That journey started at 8.30 p.m. at the Victorian border, a 2,000 kilometre journey through the night, dodging kangaroos and wallabies. Only when the greyness of trees edging the road became like canyon walls in my mind did I realize fatigue was setting in. I pulled over for a nap, Raven curled up in the passenger seat and me in a slightly reclined driver’s seat: the car was too packed to sleep in the back. It ended up being only a 20 minute sleep as my dog had a dream and kicked me in the backside as she slept. It was enough, however, to revive me for the rest of the journey. I would not recommend it to anyone else to try. Upon reaching the Queensland border town of Goodniwindi at 9.30 a.m., I sighed with relief, even though I still had over four hours driving ahead of me to arrive home.⠀⠀⠀⠀⠀⠀⠀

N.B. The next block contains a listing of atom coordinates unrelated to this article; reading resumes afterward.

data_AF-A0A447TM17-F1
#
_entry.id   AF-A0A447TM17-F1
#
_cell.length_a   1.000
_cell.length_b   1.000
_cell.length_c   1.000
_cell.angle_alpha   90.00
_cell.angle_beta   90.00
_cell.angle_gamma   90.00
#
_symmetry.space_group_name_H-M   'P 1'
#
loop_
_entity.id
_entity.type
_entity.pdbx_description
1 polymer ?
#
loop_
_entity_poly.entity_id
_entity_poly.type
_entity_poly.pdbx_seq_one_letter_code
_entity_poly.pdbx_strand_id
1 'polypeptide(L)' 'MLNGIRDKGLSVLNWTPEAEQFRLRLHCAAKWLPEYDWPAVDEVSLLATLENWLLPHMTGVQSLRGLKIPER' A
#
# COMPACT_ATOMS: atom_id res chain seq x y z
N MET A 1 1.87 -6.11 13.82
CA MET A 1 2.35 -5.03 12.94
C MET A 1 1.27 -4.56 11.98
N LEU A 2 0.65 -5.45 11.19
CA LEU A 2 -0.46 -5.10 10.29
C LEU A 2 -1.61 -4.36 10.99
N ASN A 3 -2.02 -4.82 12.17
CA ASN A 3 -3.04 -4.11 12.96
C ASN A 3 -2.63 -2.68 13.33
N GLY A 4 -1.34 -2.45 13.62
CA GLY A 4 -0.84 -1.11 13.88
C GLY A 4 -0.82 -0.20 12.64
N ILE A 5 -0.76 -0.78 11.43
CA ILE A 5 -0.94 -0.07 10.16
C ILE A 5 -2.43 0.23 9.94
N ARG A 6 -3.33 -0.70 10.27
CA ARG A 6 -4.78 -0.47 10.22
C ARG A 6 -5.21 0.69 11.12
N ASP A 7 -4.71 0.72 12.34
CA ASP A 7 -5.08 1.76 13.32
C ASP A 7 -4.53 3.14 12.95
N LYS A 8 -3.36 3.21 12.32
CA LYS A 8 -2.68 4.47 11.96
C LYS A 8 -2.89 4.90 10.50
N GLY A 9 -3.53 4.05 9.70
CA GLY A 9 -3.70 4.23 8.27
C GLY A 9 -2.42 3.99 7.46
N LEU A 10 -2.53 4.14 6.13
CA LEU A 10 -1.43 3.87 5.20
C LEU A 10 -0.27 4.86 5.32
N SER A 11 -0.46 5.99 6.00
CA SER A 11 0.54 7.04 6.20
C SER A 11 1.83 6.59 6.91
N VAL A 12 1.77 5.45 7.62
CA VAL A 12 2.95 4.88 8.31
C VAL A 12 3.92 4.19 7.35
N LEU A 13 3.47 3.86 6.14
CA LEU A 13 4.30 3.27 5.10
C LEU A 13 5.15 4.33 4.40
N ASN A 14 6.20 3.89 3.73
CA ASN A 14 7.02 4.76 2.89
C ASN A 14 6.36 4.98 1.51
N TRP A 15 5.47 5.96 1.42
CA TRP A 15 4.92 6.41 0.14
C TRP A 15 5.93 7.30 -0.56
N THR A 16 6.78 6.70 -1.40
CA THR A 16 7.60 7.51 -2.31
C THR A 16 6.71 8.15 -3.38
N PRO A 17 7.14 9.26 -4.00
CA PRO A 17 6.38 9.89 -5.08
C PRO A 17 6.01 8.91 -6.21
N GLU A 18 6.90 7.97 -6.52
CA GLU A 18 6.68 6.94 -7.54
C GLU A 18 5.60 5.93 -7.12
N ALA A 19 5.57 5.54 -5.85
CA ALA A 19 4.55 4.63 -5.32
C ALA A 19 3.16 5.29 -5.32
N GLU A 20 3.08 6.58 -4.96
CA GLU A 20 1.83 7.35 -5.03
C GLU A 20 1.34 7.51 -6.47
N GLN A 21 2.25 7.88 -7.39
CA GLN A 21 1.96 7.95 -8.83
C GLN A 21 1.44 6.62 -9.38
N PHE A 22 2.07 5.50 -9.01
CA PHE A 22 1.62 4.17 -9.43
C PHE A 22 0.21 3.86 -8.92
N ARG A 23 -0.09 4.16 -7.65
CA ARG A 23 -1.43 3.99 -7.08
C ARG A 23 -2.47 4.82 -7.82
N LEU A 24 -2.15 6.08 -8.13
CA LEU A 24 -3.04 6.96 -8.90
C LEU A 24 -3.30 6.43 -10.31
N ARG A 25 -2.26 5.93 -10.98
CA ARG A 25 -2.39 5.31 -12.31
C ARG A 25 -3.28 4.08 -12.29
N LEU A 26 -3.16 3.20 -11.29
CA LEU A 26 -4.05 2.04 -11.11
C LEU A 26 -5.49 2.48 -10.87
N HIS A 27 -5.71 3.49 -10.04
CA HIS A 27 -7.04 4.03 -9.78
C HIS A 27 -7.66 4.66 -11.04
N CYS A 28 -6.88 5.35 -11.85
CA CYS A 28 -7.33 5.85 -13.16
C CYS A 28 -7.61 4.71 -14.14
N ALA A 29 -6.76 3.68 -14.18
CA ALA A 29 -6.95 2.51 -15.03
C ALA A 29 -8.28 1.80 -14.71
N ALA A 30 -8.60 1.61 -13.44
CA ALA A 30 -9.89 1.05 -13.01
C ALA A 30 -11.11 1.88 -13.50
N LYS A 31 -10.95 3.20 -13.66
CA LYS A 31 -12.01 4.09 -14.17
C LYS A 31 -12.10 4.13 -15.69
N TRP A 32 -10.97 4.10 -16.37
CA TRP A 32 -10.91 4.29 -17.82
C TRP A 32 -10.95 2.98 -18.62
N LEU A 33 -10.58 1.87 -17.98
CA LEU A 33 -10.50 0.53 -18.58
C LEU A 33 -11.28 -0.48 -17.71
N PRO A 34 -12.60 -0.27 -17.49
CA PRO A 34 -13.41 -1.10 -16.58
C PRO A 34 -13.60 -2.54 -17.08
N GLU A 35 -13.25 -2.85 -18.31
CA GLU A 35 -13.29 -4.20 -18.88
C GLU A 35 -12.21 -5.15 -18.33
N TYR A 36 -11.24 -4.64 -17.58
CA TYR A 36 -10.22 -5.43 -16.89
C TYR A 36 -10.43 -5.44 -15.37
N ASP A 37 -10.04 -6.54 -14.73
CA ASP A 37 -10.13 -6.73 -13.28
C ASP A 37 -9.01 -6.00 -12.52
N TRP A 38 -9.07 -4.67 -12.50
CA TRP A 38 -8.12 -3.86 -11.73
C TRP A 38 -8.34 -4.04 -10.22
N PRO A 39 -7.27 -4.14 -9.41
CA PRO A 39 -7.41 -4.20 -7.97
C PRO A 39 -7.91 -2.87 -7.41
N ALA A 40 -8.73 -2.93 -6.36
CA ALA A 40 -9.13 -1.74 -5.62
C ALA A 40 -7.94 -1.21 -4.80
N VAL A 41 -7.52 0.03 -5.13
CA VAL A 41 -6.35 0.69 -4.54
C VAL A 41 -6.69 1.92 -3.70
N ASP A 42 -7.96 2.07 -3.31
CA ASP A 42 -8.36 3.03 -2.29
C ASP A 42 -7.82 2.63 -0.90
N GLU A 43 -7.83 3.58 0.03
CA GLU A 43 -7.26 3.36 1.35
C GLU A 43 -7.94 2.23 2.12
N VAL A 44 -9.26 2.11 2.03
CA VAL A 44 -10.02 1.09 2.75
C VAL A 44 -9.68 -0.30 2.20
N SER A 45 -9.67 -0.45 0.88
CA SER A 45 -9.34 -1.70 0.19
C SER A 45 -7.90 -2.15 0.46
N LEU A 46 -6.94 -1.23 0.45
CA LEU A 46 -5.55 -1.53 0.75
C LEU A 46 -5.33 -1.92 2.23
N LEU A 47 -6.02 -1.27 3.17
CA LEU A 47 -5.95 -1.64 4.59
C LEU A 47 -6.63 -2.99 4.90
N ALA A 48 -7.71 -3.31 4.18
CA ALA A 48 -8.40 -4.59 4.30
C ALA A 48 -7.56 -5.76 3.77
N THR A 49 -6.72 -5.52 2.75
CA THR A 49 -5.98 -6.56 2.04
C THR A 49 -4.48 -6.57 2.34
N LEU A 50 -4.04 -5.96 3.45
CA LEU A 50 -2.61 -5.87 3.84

4. Do you have any advice for authors or is there anything else on your mind?

My advice to authors is not to be complacent. Writing is what they may be used to but, like all things in the world, you have to get out there and sell. Use every contact and source available, often one leads to another. Almost 40 years in the film industry, with the big companies like Village as my opposition, taught me to be clever with promotions – it was the only way to survive against the national theatre chains.

As for the road-trip, I’ll do it again, just as soon as the blasted virus is kicked to the curb. And my faithful dobermann will be by my side.